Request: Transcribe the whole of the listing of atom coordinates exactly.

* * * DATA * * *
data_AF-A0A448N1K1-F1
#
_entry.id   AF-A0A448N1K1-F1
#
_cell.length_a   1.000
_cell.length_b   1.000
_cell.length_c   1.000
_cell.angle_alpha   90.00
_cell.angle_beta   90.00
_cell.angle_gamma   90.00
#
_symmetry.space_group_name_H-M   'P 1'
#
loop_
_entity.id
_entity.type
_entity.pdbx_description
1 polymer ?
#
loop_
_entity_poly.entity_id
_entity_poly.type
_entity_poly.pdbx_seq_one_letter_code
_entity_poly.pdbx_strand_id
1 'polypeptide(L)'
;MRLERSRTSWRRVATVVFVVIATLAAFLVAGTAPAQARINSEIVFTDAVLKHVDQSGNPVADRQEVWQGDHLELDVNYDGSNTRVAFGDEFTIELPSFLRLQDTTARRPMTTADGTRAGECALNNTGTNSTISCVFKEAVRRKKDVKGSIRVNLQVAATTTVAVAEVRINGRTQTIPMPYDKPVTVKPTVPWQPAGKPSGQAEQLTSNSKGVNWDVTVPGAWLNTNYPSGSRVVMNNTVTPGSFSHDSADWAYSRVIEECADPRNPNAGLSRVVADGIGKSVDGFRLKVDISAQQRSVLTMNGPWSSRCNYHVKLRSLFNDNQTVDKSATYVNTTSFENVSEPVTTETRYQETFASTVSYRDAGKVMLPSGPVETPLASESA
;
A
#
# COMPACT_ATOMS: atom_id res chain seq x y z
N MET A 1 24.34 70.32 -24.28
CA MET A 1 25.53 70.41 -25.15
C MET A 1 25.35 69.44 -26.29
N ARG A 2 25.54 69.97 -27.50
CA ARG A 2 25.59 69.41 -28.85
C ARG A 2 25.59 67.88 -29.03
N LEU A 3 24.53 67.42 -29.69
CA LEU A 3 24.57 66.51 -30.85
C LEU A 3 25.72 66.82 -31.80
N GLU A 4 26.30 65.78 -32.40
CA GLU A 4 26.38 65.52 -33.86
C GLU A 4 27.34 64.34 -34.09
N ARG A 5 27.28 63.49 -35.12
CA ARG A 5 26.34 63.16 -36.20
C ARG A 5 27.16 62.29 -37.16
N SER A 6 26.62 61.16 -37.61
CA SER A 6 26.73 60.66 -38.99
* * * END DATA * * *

data_AF-A0A448N1K1-F1
#
_entry.id   AF-A0A448N1K1-F1
#
_cell.length_a   1.000
_cell.length_b   1.000
_cell.length_c   1.000
_cell.angle_alpha   90.00
_cell.angle_beta   90.00
_cell.angle_gamma   90.00
#
_symmetry.space_group_name_H-M   'P 1'
#
loop_
_entity.id
_entity.type
_entity.pdbx_description
1 polymer ?
#
loop_
_entity_poly.entity_id
_entity_poly.type
_entity_poly.pdbx_seq_one_letter_code
_entity_poly.pdbx_strand_id
1 'polypeptide(L)'
;MRLERSRTSWRRVATVVFVVIATLAAFLVAGTAPAQARINSEIVFTDAVLKHVDQSGNPVADRQEVWQGDHLELDVNYDGSNTRVAFGDEFTIELPSFLRLQDTTARRPMTTADGTRAGECALNNTGTNSTISCVFKEAVRRKKDVKGSIRVNLQVAATTTVAVAEVRINGRTQTIPMPYDKPVTVKPTVPWQPAGKPSGQAEQLTSNSKGVNWDVTVPGAWLNTNYPSGSRVVMNNTVTPGSFSHDSADWAYSRVIEECADPRNPNAGLSRVVADGIGKSVDGFRLKVDISAQQRSVLTMNGPWSSRCNYHVKLRSLFNDNQTVDKSATYVNTTSFENVSEPVTTETRYQETFASTVSYRDAGKVMLPSGPVETPLASESA
;
A
#
# COMPACT_ATOMS: atom_id res chain seq x y z
N MET A 1 24.34 70.32 -24.28
CA MET A 1 25.53 70.41 -25.15
C MET A 1 25.35 69.44 -26.29
N ARG A 2 25.54 69.97 -27.50
CA ARG A 2 25.59 69.41 -28.85
C ARG A 2 25.59 67.88 -29.03
N LEU A 3 24.53 67.42 -29.69
CA LEU A 3 24.57 66.51 -30.85
C LEU A 3 25.72 66.82 -31.80
N GLU A 4 26.30 65.78 -32.40
CA GLU A 4 26.38 65.52 -33.86
C GLU A 4 27.34 64.34 -34.09
N ARG A 5 27.28 63.49 -35.12
CA ARG A 5 26.34 63.16 -36.20
C ARG A 5 27.16 62.29 -37.16
N SER A 6 26.62 61.16 -37.61
CA SER A 6 26.73 60.66 -38.99